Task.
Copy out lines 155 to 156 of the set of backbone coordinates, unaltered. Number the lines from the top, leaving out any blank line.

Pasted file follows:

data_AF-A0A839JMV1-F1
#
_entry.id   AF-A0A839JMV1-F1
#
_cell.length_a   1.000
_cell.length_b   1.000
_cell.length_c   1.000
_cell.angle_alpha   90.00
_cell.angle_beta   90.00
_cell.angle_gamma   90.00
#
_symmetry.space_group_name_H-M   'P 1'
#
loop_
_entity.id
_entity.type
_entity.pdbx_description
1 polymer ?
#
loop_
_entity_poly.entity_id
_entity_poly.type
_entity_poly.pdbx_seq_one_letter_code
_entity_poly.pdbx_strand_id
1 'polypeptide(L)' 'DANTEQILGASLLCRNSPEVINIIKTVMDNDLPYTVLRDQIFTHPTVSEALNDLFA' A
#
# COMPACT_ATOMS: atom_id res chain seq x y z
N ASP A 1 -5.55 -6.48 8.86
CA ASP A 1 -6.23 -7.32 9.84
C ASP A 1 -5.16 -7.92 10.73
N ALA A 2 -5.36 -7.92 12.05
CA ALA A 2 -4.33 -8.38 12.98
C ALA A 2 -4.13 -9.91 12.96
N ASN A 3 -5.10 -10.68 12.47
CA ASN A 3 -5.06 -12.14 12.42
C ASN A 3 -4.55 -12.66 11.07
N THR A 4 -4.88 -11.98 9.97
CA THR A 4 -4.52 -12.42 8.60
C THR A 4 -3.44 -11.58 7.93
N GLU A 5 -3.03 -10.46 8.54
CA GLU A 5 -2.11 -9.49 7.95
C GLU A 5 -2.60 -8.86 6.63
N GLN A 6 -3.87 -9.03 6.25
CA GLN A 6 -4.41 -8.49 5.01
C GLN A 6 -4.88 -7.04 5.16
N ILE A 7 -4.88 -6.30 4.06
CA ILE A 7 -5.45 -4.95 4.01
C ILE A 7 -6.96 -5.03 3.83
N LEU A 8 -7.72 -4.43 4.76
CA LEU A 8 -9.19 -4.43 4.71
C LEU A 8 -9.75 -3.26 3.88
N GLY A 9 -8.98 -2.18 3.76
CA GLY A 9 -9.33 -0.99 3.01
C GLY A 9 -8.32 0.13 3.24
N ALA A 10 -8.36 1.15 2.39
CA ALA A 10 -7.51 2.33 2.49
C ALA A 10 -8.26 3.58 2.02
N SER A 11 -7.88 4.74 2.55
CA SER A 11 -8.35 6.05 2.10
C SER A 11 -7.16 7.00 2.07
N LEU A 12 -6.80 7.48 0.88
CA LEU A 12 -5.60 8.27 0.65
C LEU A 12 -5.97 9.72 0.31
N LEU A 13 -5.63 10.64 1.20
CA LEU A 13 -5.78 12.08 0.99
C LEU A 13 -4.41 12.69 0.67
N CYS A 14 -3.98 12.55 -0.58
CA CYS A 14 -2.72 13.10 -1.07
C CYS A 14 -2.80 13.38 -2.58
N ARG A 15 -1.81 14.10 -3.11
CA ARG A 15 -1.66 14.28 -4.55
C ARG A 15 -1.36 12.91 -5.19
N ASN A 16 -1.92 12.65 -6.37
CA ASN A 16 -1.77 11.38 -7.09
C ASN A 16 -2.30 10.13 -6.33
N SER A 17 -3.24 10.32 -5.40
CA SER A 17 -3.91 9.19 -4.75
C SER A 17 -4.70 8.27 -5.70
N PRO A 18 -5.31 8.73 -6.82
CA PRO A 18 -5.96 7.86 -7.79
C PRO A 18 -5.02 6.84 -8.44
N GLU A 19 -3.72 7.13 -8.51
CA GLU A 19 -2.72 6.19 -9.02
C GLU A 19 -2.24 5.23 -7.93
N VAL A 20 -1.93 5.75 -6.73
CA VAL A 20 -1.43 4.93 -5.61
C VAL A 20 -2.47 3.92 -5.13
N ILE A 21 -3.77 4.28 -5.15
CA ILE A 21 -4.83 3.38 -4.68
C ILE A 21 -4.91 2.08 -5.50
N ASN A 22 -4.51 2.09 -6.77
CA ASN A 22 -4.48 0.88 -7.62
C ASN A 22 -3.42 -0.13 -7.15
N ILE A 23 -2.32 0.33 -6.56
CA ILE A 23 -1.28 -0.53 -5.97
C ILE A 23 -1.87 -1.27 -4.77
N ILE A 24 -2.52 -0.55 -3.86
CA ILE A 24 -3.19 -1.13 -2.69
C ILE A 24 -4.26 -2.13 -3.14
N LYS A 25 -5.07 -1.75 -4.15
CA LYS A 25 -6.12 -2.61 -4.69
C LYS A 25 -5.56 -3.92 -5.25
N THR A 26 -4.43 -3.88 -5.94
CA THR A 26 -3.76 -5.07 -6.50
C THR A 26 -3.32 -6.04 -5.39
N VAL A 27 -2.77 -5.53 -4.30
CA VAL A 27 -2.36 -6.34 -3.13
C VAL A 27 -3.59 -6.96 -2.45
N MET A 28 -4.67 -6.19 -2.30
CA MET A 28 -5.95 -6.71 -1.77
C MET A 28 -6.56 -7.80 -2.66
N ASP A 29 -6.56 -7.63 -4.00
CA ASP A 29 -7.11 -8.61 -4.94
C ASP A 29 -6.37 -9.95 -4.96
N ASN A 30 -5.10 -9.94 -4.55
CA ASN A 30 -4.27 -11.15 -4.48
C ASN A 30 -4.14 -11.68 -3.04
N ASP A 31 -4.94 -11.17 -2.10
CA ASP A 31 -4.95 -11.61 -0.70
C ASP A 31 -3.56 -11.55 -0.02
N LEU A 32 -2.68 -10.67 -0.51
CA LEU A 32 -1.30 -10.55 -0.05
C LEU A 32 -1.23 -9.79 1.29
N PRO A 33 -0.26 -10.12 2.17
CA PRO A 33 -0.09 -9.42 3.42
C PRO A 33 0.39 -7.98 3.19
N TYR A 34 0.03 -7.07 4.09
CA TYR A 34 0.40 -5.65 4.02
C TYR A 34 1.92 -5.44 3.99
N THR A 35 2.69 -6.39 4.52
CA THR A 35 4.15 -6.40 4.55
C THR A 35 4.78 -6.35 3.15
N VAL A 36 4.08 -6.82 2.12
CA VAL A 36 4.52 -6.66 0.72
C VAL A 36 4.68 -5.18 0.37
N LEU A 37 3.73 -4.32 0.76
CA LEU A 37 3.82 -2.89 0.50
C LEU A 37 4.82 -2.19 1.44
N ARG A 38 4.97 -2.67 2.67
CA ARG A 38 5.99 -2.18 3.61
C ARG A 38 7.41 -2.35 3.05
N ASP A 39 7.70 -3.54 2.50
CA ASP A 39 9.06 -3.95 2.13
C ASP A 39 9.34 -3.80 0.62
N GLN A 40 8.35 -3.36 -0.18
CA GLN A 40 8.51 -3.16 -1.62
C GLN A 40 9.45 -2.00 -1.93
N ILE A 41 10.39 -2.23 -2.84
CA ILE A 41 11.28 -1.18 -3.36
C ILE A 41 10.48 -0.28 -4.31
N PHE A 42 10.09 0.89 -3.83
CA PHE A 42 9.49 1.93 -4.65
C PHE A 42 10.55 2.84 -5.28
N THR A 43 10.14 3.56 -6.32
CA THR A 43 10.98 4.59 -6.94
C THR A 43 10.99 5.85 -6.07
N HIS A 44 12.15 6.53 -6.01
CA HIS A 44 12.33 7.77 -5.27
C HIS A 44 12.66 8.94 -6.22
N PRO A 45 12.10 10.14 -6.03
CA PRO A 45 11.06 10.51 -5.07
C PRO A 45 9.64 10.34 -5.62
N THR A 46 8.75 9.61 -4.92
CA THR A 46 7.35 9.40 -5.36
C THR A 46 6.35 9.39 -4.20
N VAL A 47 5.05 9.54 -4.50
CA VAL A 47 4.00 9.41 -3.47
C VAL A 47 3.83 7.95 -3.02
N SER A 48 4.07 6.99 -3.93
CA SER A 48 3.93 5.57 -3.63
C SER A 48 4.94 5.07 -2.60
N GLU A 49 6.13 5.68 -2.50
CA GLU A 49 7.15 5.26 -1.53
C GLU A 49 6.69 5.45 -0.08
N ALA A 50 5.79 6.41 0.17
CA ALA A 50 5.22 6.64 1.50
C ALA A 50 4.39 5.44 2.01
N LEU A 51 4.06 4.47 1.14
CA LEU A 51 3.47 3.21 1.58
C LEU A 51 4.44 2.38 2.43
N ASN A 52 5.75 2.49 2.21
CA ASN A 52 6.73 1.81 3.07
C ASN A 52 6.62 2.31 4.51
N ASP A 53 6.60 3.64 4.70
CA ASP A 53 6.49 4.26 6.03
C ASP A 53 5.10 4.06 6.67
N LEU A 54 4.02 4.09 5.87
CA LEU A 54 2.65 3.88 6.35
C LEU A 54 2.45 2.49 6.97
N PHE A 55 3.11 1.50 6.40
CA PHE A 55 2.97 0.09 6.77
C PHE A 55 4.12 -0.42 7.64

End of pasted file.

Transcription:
CA THR A 43 10.98 4.59 -6.94
C THR A 43 10.99 5.85 -6.07